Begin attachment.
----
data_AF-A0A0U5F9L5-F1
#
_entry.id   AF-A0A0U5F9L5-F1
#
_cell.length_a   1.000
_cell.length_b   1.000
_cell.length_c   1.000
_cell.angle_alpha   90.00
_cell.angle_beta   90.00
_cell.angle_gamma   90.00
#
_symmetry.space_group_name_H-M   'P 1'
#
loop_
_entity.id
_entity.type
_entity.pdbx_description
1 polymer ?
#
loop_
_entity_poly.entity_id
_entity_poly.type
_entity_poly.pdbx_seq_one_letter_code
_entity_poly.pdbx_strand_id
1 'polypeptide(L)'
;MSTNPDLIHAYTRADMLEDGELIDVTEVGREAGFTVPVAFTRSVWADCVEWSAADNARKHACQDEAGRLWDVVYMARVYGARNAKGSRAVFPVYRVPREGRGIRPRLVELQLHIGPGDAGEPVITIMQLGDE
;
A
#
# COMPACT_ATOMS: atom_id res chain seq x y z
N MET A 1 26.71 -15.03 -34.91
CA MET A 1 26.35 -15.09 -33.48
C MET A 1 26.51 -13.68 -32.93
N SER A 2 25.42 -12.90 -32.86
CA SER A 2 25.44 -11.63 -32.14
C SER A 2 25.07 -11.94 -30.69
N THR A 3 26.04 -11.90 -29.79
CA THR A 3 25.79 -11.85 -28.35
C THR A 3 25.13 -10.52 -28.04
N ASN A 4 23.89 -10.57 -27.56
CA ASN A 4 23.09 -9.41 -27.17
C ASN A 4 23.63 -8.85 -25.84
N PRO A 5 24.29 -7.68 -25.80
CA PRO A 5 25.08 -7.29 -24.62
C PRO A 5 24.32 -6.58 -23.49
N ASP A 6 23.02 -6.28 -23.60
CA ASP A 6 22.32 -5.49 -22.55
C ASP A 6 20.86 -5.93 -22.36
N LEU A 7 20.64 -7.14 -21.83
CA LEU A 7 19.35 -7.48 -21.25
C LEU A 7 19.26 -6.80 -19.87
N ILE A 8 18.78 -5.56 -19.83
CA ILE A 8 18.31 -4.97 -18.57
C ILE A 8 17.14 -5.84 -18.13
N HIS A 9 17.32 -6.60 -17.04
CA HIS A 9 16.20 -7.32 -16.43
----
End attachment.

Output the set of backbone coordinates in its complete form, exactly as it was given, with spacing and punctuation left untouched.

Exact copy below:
data_AF-A0A0U5F9L5-F1
#
_entry.id   AF-A0A0U5F9L5-F1
#
_cell.length_a   1.000
_cell.length_b   1.000
_cell.length_c   1.000
_cell.angle_alpha   90.00
_cell.angle_beta   90.00
_cell.angle_gamma   90.00
#
_symmetry.space_group_name_H-M   'P 1'
#
loop_
_entity.id
_entity.type
_entity.pdbx_description
1 polymer ?
#
loop_
_entity_poly.entity_id
_entity_poly.type
_entity_poly.pdbx_seq_one_letter_code
_entity_poly.pdbx_strand_id
1 'polypeptide(L)'
;MSTNPDLIHAYTRADMLEDGELIDVTEVGREAGFTVPVAFTRSVWADCVEWSAADNARKHACQDEAGRLWDVVYMARVYGARNAKGSRAVFPVYRVPREGRGIRPRLVELQLHIGPGDAGEPVITIMQLGDE
;
A
#
# COMPACT_ATOMS: atom_id res chain seq x y z
N MET A 1 26.71 -15.03 -34.91
CA MET A 1 26.35 -15.09 -33.48
C MET A 1 26.51 -13.68 -32.93
N SER A 2 25.42 -12.90 -32.86
CA SER A 2 25.44 -11.63 -32.14
C SER A 2 25.07 -11.94 -30.69
N THR A 3 26.04 -11.90 -29.79
CA THR A 3 25.79 -11.85 -28.35
C THR A 3 25.13 -10.52 -28.04
N ASN A 4 23.89 -10.57 -27.56
CA ASN A 4 23.09 -9.41 -27.17
C ASN A 4 23.63 -8.85 -25.84
N PRO A 5 24.29 -7.68 -25.80
CA PRO A 5 25.08 -7.29 -24.62
C PRO A 5 24.32 -6.58 -23.49
N ASP A 6 23.02 -6.28 -23.60
CA ASP A 6 22.32 -5.49 -22.55
C ASP A 6 20.86 -5.93 -22.36
N LEU A 7 20.64 -7.14 -21.83
CA LEU A 7 19.35 -7.48 -21.25
C LEU A 7 19.26 -6.80 -19.87
N ILE A 8 18.78 -5.56 -19.83
CA ILE A 8 18.31 -4.97 -18.57
C ILE A 8 17.14 -5.84 -18.13
N HIS A 9 17.32 -6.60 -17.04
CA HIS A 9 16.20 -7.32 -16.43